Why the Unabomber Must Die
He sought a soapbox. Execution is the only way to be sure he'll never have one.

The Wall Street Journal, Tuesday, January 6, 1998

Both the New York Times and the Washington Post last week editorialized against the death penalty for alleged Unabomber Theodore Kaczynski. It was the least they could do for one of their writers.

All right, I'm not being completely fair here. After all, when the Times and the Post collaborated in publishing the Unabomber's 35,000-word manifesto, it was at the request of the FBI, which thought--correctly, it turns out--that giving in to his demand for publication might help catch the culprit. But it also gave the Unabomber a national forum for his crackpot views.

I am of the view that simple justice demands the bomber pay with his life for snuffing out three innocent people in his campaign of political terror. But there's another compelling reason why, if Mr. Kaczynski is convicted, he should be put to death as soon as possible: This man must not be rewarded for his alleged crimes by being allowed to become a pundit.

Mr. Kaczynski's reported resistance to an insanity defense suggests that he is interested above all in having his "ideas" taken seriously. And it's depressingly easy to imagine him a few years hence, serving a life term or waiting endlessly on death row, parlaying his barbarous celebrity into a stint as a commentator. These days, a murder conviction can be a helpful credential for a writer seeking a home, say, on the pages of the Minneapolis Star-Tribune or the airwaves of the far-left Pacifica radio network.

Here, I am being completely fair. In 1995 and 1996, the Star-Tribune published three commentary pieces by Mumia Abu-Jamal, whose author's credit cheerfully describes him as "a freelance journalist and inmate on Pennsylvania's death row." Abu-Jamal has also written for the Baltimore Evening Sun, the Chicago Tribune and the (Portland) Oregonian. Last year Pacifica aired 13 of his commentaries on a show called "Democracy Now!," having broadcast an earlier series in 1994 that was slated for National Public Radio, which, in a bout of good sense, backed out.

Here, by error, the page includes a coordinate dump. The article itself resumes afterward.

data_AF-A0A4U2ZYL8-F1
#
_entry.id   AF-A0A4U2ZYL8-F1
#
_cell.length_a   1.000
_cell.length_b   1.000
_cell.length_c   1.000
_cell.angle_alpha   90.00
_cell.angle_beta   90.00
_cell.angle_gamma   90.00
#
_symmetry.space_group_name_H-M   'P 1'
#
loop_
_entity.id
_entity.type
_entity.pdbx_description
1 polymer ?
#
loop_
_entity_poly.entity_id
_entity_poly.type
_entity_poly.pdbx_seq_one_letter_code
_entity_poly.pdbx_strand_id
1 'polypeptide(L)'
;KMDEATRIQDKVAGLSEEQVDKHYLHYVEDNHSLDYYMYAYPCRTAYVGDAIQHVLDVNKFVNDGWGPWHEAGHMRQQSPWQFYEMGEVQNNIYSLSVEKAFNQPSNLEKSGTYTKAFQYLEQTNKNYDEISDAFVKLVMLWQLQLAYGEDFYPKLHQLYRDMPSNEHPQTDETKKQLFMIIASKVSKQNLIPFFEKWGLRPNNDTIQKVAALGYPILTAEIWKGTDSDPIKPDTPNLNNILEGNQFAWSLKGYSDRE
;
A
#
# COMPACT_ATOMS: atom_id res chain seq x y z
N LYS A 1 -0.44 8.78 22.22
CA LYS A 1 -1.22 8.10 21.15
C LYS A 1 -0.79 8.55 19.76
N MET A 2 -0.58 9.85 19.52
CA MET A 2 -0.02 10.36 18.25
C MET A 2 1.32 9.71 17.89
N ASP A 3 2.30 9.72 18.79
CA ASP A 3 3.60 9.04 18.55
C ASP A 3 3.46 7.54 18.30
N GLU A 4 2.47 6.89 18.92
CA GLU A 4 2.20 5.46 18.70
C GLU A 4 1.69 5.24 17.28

Abu-Jamal, a black separatist who has become a cause célèbre in the fever swamps of the political left, was convicted in 1982 of fatally shooting 25-year-old Philadelphia policeman Daniel Faulkner. At the time of the 1981 murder, Abu-Jamal was an out-of-work radio journalist driving a taxi. Killing Officer Faulkner certainly proved a good career move for this would-be writer: In addition to his radio and mainstream newspaper work, he has published two books and has written regularly for several black newspapers.

Like Abu-Jamal, the Unabomber capitalized on his crimes to draw respectful attention in major media to his extreme political views--even while he was still at large. In August 1995 the New York Times published an op-ed article by author Kirkpatrick Sale, who, based on prepublication excerpts of the bomber's manifesto, described him as "a rational man [whose] principal beliefs are, if hardly mainstream, entirely reasonable." Mr. Sale urged society to "treat him seriously and publish his manifesto in full" and the bomber to "turn to the hard business of trying to write something persuasive enough, compelling enough, to be published without homicide threats." If Mumia Abu-Jamal can do it, why not?

In his book "Drawing Life: Surviving the Unabomber," David Gelernter, the Yale computer scientist who almost died when he opened his mail one day in 1993, describes with heroically restrained outrage "an opinion piece by a journalist in a major newspaper which set my supposed view of technology side by side with the bomber's and compared them, a sort of Christian-versus-lion matchup for the amusement of Sunday readers." Mr. Gelernter is too polite to identify the newspaper or the journalist, but I am not. It was Jefferson Morley in the Washington Post, who opened his article: "Listen to the debate between the Unabomber and the Yale professor maimed by one of his bombs and you will hear a dialogue about America's future."

Debate? The Unabomber tried to blow Mr. Gelernter up! We hear a lot about the decline of civility in American political discourse. But surely civility means at a bare minimum that a bomb is not an argument. When someone starts killing people, the debate is over.

It is all too evident that some in America's citadels of opinion lack the moral sense to distinguish between a pundit and a murderer. Fortunately, juries are not made up of opinion leaders. If the trial now under way in California ends with a conviction and a death sentence, Mr. Kaczynski should be executed with dispatch. If he is not, other aspiring writer/terrorists may follow his example, giving "publish or perish" a chilling new meaning.

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